Lawmakers look at crackdown on synthetic pot, but legalizing real stuff
ANNAPOLIS -- Real marijuana might prove more popular than its synthetic cousins in this year's state legislative session.
Moved by a recent outcry from their constituents, Frederick County legislators brought to Annapolis an armload of bills cracking down on synthetic marijuana, commonly known by brand names such as Spice. Other state lawmakers came with similar concerns.
Although the local proposals got a hearing, they have taken a back seat to more comprehensive legislation. In early February, two statewide bills separated from the pack and passed the House of Delegates with overwhelming support.
At the same time, there is new energy behind efforts to legalize medical marijuana, and some proponents are the very same legislators who carry the torch for bills targeting the use of synthetic marijuana.
Delegate Michael Hough, R-District 3B, is crying foul.
"The hypocrisy of it is overwhelming," he said. "What kind of message are we as leaders of the state and lawmakers sending to the young people?"
A proposal sponsored by Delegate Dan Morhaim, D-Baltimore County, has gained particular attention for earning support from officials in Gov. Martin O'Malley's administration. Sen. David Brinkley has joined Morhaim in the past to sponsor a similar version of this year's bill, which would pave the way for academic centers to study marijuana as a medical treatment.
But Brinkley, R-District 4, has been vocal in his support of a synthetic-marijuana ban and sponsored a Frederick County bill to curb the substance. The hard-line stance on Spice is not inconsistent with his position on marijuana, he said.
"The big distinction is that it (marijuana) is not causing psychosis," Brinkley said.
With synthetic marijuana, new variations are constantly emerging, and buyers do not know what they are ingesting, Brinkley said. By contrast, naturally occurring marijuana has a more consistent chemical makeup.
Delegate Galen Clagett, D-District 3A, agreed.
"One is a weed, and the other is fabricated. ... The fabrication is not at all controlled. It just runs rampant. They just keep devising one thing after another. That, I think, is very dangerous," said Clagett, who both co-sponsored Morhaim's bill and introduced statewide legislation cracking down on synthetic drugs.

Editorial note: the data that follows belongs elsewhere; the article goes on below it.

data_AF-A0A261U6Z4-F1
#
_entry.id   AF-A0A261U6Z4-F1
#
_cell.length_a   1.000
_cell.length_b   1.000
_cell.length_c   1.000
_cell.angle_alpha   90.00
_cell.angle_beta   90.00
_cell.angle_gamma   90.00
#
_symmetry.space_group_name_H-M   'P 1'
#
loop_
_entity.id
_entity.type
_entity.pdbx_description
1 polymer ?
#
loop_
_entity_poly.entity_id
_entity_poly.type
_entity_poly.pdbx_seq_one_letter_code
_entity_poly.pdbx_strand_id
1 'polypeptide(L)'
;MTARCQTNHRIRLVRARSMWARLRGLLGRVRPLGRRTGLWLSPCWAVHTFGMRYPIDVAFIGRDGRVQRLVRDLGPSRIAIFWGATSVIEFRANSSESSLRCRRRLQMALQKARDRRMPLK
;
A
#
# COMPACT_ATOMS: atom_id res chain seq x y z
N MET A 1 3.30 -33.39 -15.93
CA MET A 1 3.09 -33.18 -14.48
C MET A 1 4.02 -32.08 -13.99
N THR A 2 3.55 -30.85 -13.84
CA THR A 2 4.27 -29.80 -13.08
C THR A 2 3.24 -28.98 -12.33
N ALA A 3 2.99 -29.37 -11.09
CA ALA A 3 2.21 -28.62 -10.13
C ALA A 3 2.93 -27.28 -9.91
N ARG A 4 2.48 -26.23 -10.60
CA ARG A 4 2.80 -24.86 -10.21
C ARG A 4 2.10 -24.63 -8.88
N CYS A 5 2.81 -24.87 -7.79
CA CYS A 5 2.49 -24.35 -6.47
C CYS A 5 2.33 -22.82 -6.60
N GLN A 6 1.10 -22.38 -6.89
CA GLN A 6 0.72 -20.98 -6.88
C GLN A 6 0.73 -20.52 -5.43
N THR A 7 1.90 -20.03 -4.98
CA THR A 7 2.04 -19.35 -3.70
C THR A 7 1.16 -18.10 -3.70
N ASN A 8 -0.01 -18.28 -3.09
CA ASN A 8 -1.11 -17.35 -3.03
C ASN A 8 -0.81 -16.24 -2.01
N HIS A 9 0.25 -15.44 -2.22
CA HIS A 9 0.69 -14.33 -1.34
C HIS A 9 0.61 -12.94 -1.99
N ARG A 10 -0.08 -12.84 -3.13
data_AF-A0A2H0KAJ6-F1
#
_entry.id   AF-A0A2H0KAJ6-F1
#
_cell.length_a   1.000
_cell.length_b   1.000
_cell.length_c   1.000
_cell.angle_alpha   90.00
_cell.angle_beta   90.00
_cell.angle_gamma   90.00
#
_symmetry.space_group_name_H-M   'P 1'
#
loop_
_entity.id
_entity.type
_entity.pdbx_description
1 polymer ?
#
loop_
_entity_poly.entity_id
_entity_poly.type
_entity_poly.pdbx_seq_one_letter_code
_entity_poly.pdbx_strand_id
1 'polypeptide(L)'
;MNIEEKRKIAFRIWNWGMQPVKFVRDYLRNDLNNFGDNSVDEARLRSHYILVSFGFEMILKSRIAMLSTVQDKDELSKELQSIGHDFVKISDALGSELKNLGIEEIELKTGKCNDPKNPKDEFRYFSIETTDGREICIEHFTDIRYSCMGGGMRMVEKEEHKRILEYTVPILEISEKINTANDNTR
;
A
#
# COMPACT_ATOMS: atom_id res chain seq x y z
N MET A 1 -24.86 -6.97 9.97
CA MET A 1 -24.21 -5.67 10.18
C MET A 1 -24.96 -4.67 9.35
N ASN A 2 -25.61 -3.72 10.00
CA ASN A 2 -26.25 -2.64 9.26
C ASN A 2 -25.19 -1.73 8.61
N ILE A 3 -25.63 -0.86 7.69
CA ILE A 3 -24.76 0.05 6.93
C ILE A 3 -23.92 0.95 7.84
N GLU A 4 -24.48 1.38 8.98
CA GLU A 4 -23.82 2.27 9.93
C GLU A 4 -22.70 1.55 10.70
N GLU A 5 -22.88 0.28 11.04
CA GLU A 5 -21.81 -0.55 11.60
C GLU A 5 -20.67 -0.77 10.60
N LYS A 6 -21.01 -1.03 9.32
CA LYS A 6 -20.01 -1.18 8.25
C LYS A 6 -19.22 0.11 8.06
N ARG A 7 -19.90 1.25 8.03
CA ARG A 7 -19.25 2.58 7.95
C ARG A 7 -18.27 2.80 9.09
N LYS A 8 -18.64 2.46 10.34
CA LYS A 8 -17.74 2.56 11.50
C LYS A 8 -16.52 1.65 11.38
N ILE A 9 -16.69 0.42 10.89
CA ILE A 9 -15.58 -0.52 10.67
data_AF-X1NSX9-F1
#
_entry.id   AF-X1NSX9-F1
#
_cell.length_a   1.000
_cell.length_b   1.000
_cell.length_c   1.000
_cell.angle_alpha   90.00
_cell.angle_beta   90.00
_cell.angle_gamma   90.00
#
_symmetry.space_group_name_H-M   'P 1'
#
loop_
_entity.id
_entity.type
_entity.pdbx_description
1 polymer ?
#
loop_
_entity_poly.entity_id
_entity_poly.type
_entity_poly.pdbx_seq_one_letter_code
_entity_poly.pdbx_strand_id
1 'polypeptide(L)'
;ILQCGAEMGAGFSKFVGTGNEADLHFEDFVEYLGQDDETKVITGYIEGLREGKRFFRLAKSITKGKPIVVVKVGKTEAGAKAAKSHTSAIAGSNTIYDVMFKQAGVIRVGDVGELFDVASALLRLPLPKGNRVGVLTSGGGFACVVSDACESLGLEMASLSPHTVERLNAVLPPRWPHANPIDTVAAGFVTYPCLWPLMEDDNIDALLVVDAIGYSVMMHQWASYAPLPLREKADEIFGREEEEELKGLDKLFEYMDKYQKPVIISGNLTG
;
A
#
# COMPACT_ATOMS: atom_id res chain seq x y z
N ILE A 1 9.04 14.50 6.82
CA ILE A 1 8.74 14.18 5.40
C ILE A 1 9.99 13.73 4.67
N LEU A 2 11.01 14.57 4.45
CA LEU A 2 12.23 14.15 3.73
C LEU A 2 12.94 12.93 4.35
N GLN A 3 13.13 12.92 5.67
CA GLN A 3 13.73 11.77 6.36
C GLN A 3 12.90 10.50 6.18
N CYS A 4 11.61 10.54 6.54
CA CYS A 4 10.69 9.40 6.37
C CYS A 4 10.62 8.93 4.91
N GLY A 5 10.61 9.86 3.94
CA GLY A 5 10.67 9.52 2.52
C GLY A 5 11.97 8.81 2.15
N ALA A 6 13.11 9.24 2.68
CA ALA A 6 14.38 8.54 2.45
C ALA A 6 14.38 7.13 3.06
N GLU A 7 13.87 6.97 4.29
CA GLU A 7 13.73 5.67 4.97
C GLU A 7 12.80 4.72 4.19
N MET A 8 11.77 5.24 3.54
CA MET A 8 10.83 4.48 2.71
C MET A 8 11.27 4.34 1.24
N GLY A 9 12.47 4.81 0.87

Hough countered that marijuana sold on the street can be every bit as unpredictable as its synthetic counterparts.
Joshua Sharfstein, Maryland's secretary of health and mental hygiene, also said he sees no incongruity in supporting both a medical-marijuana bill and synthetic-drug bans. There are concerns about both substances, and use of cannabis as a remedy should be explored slowly and carefully, he said.
"I'm concerned about the risks of marijuana. That's one of the reasons I don't support a green-light approach," he said.
Under current law, possessing marijuana is a criminal misdemeanor punishable by up to one year in jail and a $1,000 fine. The law provides a defense, however, for those who use marijuana to treat a debilitating medical condition.
Frederick County State's Attorney Charlie Smith said he is not happy with the move to loosen restrictions on marijuana. If a medical-marijuana proposal passes, regulating the substance would create a huge expense that taxpayers will have to carry, he said. It would also legitimize a substance that serves as a gateway to more dangerous drugs, he said.
"What happens is that the high becomes mundane to them after a while, and they move on to a better high," he said. "It's just a shame that there's a movement afoot to legalize it."
Morhaim's proposal is still under consideration by the House Judiciary Committee. Two bills, sponsored by delegates Kevin Kelly, D-Allegany, and Jeannie Haddaway-Riccio, R-Caroline, that would combine to create a statewide ban on synthetic marijuana, have cleared the House and are now before the Senate. ___
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